Lamb: The Gospel According to Biff, Christ's Childhood Pal by Christopher Moore

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For me, as an atheist who was raised in the Episcopal Church, this was a mildly uncomfortable read. It was also pretty funny, though, so, take that as you will. In the years since I decided that the church had very little to offer me, I've avoided Christian stuff pretty assiduously. I don't like to get into arguments, and I'm not trying to convince anyone to join me in my atheism if Christianity or some other religion gives them something that they need or feel that they're missing in their life. Bringing up the topic generally ends in situations that make me uncomfortable, so I tend to avoid the topic altogether.

On the other hand, I was brought up on these stories. I went to Sunday school. I helped act out these stories for Vacation Bible School. I heard them in the service readings and had them dissected for me in sermons. They feel familiar in a way that is so deep as to be cultural, and though I know now that what's in the bible isn't empirical truth, they still feel like something that shouldn't be messed with, though maybe more because of how I can imagine some Christians reacting to this sort of humerous retelling of their sacred stories than because of my own discomfort.

And that's how we get to my complicated feelings toward the book; I enjoyed this book. I rolled my eyes at this book. It felt dangerous, ridiculous, courageous, and absurd. It felt like something this subversive should be less silly, and yet, here it stands, and honestly, it's subversive because of it's silliness, and its silliness wouldn't have been nearly as interesting if applied to less 'sacred' subject matter. I probably would have enjoyed this book more in the early stages of my transition from Christianity to atheism than I do now when I haven't been to a church service in 9 years.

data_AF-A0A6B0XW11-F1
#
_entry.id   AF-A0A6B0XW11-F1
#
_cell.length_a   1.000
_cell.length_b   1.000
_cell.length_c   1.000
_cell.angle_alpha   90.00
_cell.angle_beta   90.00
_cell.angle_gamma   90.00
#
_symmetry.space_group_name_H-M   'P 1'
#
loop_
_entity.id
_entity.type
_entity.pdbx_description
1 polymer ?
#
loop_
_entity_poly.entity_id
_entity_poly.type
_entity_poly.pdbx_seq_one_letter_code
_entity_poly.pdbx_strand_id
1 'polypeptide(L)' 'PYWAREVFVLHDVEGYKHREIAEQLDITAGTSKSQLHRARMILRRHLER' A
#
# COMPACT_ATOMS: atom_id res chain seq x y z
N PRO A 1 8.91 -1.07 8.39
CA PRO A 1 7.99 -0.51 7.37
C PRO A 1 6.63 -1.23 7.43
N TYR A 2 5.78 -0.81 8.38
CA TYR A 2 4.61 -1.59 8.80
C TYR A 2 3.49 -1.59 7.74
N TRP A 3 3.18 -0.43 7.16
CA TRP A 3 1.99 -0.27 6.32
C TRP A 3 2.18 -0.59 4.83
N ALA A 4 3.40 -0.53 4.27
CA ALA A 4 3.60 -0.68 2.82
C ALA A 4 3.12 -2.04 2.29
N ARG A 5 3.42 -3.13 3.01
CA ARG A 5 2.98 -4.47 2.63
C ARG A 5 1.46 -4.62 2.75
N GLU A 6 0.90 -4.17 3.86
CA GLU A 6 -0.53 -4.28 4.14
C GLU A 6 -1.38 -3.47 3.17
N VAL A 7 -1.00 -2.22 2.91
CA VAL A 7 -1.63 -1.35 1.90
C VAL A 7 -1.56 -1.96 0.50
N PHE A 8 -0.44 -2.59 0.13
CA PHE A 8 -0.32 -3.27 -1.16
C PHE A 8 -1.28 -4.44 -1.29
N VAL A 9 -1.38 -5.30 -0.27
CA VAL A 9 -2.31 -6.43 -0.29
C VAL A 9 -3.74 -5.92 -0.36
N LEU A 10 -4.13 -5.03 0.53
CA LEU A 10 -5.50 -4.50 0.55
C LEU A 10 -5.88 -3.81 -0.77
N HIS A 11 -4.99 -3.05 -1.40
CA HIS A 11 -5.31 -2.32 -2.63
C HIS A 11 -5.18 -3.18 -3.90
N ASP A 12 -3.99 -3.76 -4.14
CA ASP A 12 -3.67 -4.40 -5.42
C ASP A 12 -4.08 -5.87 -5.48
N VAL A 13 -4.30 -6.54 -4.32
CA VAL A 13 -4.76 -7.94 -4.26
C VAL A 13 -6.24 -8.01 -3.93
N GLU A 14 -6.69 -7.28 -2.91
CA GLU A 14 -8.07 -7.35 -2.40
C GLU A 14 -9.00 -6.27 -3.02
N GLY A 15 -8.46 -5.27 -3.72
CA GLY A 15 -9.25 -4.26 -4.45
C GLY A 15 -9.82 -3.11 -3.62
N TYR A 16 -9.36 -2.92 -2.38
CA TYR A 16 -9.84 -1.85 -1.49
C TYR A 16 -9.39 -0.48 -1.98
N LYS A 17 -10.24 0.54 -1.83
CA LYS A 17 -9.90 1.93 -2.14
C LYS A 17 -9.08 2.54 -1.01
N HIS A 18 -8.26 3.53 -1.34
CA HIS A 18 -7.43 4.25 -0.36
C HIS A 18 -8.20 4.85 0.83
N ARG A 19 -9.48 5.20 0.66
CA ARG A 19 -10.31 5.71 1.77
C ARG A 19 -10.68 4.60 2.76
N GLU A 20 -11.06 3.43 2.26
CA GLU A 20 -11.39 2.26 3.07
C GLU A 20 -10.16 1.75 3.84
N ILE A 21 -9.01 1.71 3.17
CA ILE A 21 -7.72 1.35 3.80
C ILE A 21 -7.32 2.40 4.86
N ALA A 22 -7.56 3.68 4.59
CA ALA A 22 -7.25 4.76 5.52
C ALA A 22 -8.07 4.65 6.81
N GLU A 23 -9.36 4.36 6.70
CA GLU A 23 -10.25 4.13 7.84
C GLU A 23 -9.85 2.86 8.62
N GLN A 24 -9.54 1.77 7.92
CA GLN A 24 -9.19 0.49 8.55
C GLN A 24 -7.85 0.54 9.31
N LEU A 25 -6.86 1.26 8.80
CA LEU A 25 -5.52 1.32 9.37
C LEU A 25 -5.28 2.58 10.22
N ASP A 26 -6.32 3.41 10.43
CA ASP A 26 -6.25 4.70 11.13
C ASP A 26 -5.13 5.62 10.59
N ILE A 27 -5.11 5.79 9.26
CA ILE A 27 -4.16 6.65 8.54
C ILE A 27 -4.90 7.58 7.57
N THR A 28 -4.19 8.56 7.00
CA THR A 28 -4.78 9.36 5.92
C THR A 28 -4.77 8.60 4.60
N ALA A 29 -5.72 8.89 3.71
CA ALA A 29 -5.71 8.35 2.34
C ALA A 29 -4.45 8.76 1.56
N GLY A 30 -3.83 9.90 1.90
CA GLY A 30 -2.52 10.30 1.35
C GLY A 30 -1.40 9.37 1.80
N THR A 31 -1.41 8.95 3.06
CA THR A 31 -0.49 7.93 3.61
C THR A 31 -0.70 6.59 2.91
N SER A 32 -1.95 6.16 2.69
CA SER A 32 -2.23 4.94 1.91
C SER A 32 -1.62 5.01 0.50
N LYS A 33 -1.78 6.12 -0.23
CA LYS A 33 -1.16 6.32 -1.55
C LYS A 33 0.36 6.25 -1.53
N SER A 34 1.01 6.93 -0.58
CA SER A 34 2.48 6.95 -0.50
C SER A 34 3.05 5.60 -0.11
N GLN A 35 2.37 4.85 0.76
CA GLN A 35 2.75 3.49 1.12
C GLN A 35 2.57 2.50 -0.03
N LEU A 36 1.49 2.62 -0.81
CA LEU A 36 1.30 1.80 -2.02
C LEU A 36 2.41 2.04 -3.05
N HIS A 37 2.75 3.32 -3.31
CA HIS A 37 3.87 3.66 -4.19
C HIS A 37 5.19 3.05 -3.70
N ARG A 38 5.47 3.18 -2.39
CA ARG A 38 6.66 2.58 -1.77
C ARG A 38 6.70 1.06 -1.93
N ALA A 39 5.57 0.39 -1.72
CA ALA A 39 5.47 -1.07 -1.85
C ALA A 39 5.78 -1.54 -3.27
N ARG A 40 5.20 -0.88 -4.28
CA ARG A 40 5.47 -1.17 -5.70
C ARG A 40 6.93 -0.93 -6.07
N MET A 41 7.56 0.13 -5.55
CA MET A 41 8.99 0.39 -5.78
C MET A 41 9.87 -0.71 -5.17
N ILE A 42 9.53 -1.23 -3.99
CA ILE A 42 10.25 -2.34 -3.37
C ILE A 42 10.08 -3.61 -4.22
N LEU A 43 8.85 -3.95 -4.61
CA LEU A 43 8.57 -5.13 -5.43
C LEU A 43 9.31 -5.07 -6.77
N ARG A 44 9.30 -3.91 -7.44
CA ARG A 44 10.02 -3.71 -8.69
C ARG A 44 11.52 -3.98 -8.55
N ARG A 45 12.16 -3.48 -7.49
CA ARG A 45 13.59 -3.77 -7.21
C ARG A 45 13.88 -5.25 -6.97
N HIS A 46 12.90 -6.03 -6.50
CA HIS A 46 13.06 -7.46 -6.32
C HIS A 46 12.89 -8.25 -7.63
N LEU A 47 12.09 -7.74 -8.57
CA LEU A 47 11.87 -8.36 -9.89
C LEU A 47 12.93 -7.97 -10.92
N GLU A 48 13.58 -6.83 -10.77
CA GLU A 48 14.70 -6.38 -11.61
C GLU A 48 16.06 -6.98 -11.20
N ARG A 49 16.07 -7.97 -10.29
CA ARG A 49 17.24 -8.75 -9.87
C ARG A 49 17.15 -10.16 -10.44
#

I also felt at times that I wasn't the target audience for this book in another way; Biff has sex with just about every woman he meets on his journey, and is constantly obsessed with when he's next going to get laid; because of that, coupled with the fact that Biff is our narrator, every woman that we meet is judged based on how attractive Biff finds them, and is described in ways that reflect that viewpoint. Which is... definitely a believable part of Biff's character development, but not something I could readily identify with.

I would recommend this book to anyone whos up for a silly read, and isn't going to be scandalized by a little bit of sex and kung fu being inserted into bible stories, but also isn't as uncomfortable with those stories as I occasionally am. It's well written, and Biff is definitely a memorable character.

4 out of 5 stars on Goodreads.